Today, one in three Americans lives with chronic and life-threatening diseases. Finding treatments for these diseases is not cheap—more than $90 billion is spent on medical research and development every year. Yet, new drug approvals and cures have not come close to keeping pace with neither the investment nor cost to society.
Due to misaligned incentives among those that fund, conduct, commercialize and regulate medical research, the number of new treatments and cures for chronic and life-threatening diseases has stagnated since the 1950’s. And few, if any, forums exist where people operating both inside and outside the current system can generate and discuss solutions that may lie in multiple innovations. Until now. The Myelin Repair Foundation (MRF) has harnessed the combined interactive natures of game playing and social media to tap into the transformative power of idea crowdsourcing.
With funding from the Robert Wood Johnson Foundation’s Pioneer Portfolio, MRF deployed a new social networking-based game that brought together a virtual community to help solve a fictitious public health crisis. On two separate occasions—October 7-8, 2010 and November 9-10, 2010—more than 400 people interested in transforming medical research and development played the game and contributed to a robust, collaborative dialogue.
The game’s rules were simple: A public health crisis is pending and no cure is in sight, due to the slow pace of medical innovation. Players were tasked with coming up with solutions to that scenario by playing one of two “cards”—either “positive imagination,” for a good result to the scenario, or “dark imagination” for a bad result. Each card also allowed the player to add their own thoughts—up to 140 characters—as to what they “forecast” will happen. In turn, other players then played one of four response card, which enabled them to add their own thoughts and evolve the narrative. As they played cards, players earned points based upon their level of engagement and quality of ideas. Staff and invited guest experts guided the game play by highlighting the best cards (ideas), giving special awards to players, and blogging key themes as they emerged in real time.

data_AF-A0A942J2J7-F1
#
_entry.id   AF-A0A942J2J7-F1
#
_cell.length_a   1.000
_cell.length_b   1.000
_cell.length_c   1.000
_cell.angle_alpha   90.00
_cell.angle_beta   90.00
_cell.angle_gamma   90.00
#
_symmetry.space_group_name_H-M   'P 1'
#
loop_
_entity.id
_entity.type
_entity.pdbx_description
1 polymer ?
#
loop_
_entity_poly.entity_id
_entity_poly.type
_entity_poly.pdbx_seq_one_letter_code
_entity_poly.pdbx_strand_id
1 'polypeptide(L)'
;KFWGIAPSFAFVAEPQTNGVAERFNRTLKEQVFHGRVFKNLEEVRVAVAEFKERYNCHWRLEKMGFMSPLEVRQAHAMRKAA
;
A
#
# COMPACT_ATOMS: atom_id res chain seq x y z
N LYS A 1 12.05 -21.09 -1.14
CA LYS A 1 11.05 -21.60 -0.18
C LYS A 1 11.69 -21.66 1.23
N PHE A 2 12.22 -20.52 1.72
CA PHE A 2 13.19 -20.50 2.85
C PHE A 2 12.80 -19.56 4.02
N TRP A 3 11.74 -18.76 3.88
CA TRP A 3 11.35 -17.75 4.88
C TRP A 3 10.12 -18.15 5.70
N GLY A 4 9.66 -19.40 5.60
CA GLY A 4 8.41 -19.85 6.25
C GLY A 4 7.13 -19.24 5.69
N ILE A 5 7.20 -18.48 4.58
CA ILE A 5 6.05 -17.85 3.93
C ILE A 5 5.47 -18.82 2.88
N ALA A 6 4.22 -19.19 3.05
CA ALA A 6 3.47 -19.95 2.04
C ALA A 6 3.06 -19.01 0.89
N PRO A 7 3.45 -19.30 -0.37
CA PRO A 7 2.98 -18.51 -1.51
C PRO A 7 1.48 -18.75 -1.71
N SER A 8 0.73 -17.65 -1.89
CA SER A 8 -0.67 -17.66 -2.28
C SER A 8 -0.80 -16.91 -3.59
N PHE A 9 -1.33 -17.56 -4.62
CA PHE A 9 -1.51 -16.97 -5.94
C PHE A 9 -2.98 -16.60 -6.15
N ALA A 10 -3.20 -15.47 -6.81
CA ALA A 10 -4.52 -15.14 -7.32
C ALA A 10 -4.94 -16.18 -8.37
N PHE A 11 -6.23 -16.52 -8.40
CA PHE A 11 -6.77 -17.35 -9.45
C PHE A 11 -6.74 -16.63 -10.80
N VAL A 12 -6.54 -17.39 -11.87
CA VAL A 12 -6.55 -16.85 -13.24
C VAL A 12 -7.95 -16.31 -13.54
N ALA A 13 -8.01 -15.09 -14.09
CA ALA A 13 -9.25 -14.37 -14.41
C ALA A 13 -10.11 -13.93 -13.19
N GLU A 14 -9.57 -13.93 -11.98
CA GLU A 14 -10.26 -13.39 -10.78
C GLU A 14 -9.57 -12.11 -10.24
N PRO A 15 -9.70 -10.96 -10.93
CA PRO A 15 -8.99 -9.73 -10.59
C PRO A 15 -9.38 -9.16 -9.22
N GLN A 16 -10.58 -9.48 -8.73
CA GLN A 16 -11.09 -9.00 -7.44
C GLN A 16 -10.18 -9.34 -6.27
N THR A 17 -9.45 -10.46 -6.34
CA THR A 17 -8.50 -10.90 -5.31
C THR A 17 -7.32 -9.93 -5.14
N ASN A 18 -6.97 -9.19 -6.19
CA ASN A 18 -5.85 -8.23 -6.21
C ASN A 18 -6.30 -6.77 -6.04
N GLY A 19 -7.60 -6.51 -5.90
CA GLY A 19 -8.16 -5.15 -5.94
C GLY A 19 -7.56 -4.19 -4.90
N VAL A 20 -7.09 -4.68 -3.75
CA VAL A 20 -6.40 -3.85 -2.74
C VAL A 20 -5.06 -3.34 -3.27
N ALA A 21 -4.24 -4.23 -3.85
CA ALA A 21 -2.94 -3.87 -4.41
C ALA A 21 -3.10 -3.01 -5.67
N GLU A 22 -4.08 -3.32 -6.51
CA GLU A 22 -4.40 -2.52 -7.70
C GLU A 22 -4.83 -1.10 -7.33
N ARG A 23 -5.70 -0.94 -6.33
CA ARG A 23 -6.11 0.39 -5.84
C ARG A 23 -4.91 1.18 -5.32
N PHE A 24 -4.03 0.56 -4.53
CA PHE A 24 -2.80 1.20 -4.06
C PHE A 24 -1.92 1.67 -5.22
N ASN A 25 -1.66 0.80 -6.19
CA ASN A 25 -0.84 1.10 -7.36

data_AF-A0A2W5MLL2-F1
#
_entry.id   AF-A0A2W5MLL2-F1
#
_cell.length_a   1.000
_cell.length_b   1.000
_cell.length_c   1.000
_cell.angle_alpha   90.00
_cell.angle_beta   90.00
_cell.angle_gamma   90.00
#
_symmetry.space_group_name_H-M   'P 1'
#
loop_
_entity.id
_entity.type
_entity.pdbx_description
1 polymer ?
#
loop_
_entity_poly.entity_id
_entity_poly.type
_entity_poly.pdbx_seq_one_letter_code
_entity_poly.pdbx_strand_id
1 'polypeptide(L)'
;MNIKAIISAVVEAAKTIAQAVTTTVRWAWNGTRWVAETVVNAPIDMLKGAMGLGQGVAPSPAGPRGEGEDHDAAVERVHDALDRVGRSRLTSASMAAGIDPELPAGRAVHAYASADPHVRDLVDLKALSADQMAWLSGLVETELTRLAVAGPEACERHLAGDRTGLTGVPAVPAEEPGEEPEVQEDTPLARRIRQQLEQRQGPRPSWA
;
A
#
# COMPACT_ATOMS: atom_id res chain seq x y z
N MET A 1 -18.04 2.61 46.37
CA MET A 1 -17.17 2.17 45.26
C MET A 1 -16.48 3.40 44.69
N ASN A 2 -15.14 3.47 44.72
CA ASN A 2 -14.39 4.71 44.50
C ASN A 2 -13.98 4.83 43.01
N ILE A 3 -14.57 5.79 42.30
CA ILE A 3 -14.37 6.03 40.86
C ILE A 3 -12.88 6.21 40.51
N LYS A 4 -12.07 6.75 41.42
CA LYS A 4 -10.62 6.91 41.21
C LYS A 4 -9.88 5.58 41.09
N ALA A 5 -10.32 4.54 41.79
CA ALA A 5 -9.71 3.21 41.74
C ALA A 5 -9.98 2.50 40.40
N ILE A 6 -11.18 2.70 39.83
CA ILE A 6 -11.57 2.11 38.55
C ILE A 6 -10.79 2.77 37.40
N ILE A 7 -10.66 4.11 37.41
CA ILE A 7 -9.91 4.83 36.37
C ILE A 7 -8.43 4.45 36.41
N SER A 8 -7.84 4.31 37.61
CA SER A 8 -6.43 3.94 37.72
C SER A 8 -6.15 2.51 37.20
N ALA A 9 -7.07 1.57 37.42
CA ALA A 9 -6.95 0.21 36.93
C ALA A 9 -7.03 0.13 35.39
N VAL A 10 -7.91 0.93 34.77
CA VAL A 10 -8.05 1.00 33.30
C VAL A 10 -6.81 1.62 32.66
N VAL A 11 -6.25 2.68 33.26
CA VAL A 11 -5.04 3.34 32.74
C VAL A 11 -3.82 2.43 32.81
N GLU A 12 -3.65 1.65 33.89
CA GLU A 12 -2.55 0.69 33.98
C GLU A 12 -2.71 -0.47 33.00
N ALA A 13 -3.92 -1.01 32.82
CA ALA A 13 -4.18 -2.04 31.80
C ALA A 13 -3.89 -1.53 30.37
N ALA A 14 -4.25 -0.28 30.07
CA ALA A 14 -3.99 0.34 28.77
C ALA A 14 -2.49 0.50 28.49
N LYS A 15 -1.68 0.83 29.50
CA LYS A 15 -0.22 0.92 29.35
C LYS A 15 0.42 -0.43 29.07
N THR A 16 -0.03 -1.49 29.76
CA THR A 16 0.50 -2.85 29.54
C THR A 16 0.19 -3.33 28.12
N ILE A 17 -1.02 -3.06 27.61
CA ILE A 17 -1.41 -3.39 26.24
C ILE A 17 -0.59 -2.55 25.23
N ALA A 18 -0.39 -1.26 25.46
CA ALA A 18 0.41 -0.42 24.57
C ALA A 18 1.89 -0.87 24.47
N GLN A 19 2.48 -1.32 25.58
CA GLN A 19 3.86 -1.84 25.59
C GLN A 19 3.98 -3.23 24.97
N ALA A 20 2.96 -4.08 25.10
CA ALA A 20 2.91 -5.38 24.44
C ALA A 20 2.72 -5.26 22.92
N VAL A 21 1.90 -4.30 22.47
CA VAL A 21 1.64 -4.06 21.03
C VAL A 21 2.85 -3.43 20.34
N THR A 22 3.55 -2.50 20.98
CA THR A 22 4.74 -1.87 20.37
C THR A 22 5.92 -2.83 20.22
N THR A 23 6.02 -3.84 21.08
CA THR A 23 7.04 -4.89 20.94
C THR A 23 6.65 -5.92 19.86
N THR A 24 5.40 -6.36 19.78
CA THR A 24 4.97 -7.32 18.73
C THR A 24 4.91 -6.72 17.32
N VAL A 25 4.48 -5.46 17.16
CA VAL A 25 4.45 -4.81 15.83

At the conclusion of both games, MRF summarized the ideas and strategies players produced in a detailed analysis. The full report, Breakthroughs to Cures: Promoting Novel Ways to Accelerate Medical Research, documents the results of the crowd-sourced ideas and strategies that could lead to more effective and efficient ways to fund and conduct medical research, as well as ideas for policy change.
On October 7–8, and November 9–10, 2010, Institute for the Future (IFTF), in cooperation with the Myelin Repair Foundation (MRF) and the Robert Wood Johnson Foundation (RWJF), hosted a Foresight Engine thought experiment called Breakthroughs to Cures.
Designed as an open, nonpartisan environment where models for innovation in medical research can be freely explored and developed, the purpose was to generate “outlier” ideas and strategies that could lead to more effective and efficient ways to fund and conduct medical research with the goal of speeding up the development of patient treatments and cures. Foresight Engine is a crowdsourcing platform designed to engage people from all over the world in participatory forecasting. It involves a three-step process of scenario development, community engagement in creation of micro-forecasts, and analysis of themes emerging from those forecasts.